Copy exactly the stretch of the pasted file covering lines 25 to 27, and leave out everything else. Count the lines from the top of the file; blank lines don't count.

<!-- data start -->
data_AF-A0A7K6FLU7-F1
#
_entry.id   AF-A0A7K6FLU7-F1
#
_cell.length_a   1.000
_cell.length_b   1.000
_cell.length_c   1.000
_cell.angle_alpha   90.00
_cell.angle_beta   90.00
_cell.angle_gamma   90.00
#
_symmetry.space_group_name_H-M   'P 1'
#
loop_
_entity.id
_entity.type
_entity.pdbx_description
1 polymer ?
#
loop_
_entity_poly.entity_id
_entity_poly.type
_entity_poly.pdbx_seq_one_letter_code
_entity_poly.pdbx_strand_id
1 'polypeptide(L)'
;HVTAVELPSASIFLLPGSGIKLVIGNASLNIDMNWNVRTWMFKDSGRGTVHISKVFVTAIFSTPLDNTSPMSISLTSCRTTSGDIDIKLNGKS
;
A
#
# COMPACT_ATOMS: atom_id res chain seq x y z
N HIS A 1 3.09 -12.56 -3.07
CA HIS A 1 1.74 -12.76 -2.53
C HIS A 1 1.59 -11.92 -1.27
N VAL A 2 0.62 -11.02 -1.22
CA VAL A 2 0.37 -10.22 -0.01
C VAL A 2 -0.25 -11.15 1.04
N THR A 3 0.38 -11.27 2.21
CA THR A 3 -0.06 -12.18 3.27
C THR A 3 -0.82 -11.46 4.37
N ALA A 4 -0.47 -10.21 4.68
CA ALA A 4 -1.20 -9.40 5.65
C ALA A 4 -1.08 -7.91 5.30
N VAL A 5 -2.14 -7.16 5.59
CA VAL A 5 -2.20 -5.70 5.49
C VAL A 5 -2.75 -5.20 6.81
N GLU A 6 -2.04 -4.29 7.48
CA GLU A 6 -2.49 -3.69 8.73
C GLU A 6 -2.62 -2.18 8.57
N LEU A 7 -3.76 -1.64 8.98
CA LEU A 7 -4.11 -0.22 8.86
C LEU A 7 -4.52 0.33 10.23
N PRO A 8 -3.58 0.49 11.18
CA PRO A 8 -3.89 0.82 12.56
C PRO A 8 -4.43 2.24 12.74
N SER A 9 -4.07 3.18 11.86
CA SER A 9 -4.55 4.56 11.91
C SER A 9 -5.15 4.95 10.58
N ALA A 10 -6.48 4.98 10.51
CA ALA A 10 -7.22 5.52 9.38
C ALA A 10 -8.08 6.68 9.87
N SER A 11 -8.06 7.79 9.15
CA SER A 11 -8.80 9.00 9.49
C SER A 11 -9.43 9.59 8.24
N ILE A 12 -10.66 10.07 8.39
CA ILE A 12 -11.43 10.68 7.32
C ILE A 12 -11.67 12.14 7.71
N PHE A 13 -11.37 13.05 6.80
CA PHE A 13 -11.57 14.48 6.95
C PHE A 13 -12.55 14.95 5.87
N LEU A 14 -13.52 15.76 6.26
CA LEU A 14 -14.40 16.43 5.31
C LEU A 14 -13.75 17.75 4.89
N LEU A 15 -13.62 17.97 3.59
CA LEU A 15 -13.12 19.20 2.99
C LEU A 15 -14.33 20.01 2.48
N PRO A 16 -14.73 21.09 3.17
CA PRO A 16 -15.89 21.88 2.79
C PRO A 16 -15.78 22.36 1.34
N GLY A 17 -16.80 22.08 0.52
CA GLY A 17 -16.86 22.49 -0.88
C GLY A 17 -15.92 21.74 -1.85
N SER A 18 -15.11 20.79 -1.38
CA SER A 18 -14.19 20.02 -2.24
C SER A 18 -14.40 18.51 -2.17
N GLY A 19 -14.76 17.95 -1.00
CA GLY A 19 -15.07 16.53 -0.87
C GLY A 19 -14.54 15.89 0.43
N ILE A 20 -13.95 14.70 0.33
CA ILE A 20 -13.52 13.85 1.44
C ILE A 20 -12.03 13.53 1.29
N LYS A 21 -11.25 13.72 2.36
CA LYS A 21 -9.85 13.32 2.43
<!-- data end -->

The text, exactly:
1 'polypeptide(L)'
;HVTAVELPSASIFLLPGSGIKLVIGNASLNIDMNWNVRTWMFKDSGRGTVHISKVFVTAIFSTPLDNTSPMSISLTSCRTTSGDIDIKLNGKS
;